Tracks 11



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This diverse set of favourites was put together by Dr. Bob Jones, a British club DJ whose career spans most of the last 30 years. His opening selection is the energy-laced jazz funk classic Zaius, a long-time favourite of mine performed by the enigmatic Eddie Russ. Bob's sleeve notes curiously credit a Hammond B3, but I am sure it's a Rhodes that Eddie initially leads and solos with. Originally this track was on an album called See The Light which I have seen high prices asked for (his 70's material seems to be fairly rare - in the UK at least), so it's a very welcome inclusion on this compilation.

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This double CD neatly contains the three albums Herbie recorded for Warner Bros between 1969 and 1971. They make fascinating listening as they span the artistic divide between his acoustic Blue Note period and the full on funkiness of Headhunters and beyond. The earliest recording was Fat Albert Rotunda, an album that extended a soundtrack he had recorded for a TV cartoon series (called Fat Albert). It contains some excellent funky solos on tracks like Fat Mama(1), and the title cut(2). The basis of the sound on these up tempo tracks is the soul/jazz hybrid that many other artists were exploring right through to the mid 70's. Herbie himself though, influenced by Miles Davis, had already quickly moved on (and how!) in time for the next release called Mwandishi. This album features long, complex fusion tracks that are reminiscent of some of his later work, the superb solo on Ostinato(Suite For Angela)(3) being the most energetic and accessible example. The abstract approach continued unrelentingly, with the final album Crossings consisting mainly of the marathon 24 minute Sleeping Giant suite. There are some fine Rhodes moments to be found on it (4), but on this as on the other tracks, they are a little lost in the scale of the pieces.

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Japanese DJ and programmer Yoshinori Sunahara blends both kitsch and funky flavours from the past for this brand new album of mid tempo club grooves. Inspired by the theme of air travel (hence the title, Pan Am - The Sound Of The Seventies) the music consists of mainly instrumental tracks often with looping or weaving electric pianos and keyboards. Both the unimaginatively titled Rhodes Funky Dub(1) which jolts along very nicely, and the only full vocal cut, the Latin styled Sun Song '70(2) have effective e.p. parts played by Ken Shima. Swing The Clipper(3) features a looping riff that could be a sampled Rhodes and is typical of the project's overall sound, which though a bit gimmicky at times is still a good listening alternative.

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The 32 Jazz label are building up a fine catalogue of reissues and it includes several albums of interest for their e-piano content. A good example is this 1974 date, originally on Muse, for highly respected pianist Kenny Barron. He goes electric on three tracks with superb results, Peruvian Blue(1) is a long driving fusion track with a great sounding Rhodes and there is some cool echoing sustain applied at the start. Kenny works it hard in similar style on Two Areas(2) and gets extremely funky on In The Meantime(3), this one also has a particularly good introduction (4). The sleeve notes make an interesting point about the electric piano being 'an instrument that seems to have a mysterious power to homogenise nearly all players who use it.' This is quite a common view among those with a more intellectual/purist approach to jazz and is not one I really follow. It is possible to sound bland on the instrument, but that is a pitfall awaiting the uncommitted player on many other instruments too. I think the Fender Rhodes in particular offers great expressive range and it's sound can be highly tailored to the artists preference, you cannot take it for granted though, and the best players don't.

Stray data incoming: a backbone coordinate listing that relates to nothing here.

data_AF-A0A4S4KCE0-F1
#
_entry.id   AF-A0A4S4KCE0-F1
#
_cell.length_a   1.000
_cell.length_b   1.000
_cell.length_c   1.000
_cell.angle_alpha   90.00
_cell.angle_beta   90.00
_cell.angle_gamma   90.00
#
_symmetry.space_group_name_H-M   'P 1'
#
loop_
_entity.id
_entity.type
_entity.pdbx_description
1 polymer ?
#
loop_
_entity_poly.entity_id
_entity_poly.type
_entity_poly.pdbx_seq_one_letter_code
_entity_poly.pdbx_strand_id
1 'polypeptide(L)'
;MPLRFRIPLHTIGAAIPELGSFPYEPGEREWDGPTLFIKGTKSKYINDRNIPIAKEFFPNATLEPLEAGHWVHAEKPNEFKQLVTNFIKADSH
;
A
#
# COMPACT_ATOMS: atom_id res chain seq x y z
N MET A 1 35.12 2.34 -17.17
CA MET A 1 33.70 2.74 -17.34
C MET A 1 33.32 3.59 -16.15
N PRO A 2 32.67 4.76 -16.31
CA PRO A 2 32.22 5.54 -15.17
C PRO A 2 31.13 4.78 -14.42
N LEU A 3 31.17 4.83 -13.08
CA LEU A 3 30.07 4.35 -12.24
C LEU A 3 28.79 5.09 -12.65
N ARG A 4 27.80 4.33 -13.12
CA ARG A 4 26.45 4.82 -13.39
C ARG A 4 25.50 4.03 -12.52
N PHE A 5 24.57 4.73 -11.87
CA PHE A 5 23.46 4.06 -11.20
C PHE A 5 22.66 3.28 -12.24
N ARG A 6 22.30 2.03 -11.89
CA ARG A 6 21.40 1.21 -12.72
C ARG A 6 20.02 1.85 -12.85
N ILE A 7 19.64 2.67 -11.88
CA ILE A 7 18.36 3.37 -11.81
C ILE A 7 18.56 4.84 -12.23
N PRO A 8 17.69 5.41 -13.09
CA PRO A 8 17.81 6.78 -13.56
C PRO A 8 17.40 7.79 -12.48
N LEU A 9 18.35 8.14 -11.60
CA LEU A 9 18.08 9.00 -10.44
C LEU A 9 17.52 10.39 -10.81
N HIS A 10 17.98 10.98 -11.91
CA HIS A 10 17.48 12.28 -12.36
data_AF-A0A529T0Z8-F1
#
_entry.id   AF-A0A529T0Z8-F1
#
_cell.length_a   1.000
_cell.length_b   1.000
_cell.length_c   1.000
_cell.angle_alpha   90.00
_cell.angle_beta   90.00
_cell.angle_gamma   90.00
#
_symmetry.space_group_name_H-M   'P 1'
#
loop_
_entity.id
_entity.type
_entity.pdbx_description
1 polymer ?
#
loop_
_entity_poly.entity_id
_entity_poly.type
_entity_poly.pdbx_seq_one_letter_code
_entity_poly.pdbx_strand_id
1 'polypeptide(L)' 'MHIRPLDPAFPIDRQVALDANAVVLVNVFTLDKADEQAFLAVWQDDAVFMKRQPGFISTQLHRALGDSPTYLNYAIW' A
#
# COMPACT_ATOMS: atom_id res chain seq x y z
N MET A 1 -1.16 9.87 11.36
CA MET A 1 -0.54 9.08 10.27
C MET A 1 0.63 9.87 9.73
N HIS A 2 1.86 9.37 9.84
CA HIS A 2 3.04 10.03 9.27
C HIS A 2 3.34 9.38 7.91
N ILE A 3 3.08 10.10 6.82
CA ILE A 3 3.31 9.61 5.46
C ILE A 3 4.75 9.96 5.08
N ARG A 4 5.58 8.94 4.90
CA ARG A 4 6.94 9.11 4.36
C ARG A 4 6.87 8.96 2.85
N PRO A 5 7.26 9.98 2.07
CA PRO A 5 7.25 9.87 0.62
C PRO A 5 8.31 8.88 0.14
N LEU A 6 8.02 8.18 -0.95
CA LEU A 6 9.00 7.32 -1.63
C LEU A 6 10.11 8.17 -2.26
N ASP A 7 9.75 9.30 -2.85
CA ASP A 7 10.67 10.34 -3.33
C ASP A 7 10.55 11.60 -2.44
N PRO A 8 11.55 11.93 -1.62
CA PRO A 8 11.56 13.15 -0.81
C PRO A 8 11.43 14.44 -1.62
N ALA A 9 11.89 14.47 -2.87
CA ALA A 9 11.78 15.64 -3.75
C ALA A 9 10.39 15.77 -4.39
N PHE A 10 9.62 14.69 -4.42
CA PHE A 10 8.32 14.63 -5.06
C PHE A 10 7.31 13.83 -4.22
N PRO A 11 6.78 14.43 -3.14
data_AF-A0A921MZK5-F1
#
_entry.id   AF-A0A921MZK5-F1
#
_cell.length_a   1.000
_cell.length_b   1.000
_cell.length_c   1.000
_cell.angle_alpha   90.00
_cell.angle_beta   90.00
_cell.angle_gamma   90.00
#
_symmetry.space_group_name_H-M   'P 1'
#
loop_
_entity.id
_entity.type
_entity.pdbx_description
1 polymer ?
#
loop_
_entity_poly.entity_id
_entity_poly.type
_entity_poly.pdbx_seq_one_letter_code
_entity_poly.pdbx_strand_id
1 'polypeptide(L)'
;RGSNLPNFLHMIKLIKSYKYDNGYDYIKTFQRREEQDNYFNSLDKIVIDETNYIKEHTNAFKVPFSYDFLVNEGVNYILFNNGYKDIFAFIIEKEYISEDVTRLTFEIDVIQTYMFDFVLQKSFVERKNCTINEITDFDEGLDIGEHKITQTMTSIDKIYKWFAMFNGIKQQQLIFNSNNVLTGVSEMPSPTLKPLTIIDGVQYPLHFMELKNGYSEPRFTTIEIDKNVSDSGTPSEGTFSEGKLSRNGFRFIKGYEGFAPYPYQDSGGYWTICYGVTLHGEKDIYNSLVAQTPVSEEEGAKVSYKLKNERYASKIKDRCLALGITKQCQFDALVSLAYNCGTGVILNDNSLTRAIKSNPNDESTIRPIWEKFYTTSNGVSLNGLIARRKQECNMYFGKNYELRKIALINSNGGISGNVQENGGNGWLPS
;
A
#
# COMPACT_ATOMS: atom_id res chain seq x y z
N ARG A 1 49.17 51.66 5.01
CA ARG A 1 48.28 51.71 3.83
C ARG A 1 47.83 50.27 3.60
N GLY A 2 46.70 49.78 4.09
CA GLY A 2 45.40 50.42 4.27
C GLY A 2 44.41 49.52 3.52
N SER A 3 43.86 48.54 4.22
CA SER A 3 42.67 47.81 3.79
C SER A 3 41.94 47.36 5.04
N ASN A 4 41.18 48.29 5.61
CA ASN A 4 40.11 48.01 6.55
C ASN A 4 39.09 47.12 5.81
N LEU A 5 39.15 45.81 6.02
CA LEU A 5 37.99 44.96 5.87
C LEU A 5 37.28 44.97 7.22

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Oscar Peterson is a true piano colossus, the virtuoso Canadian has recorded a vast catalogue over five decades and is rightly considered one of jazz's all time greats. This album is a rare opportunity to hear him perform almost exclusively on electric piano and it doesn't disappoint. The six tracks were recorded in 1979 and Oscar is accompanied by guitar, drums and bass in a variety of styles and tempos. My favourite cut is Teenager(1) an excellent piece of jazz-funk composed by Oscar himself that makes one wish he'd explored this area a lot more. Dancin' Feet(2) is a bright and cheerful foot-tapper with a cute riff that speeds along, and on the nine minute Soliloquy (Blues For Dr. John) the playing starts off quite mournfully (3) before slowly building into some nice mellow blues(4). If you like e-piano and jazz you need this album......

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The soundtracks of so called blaxploitation movies have endured well, maintaining a cult status throughout the years. Their funky scores portrayed life on the street so effectively that the influence of this style reached the mainstream quite quickly, resulting in almost every TV crime show of the 70's having credible music. The Dynamite Brothers is perhaps one of the genre's lesser known examples, and the only one I think composed by the late Charles Earland. He is best known as a 'Hero of the Hammond' and all but one track on this album features the organ. However on Betty's Theme he switched to Rhodes with great results - firstly backing the horns with some nice touches(1) and then an excellent long solo(2).

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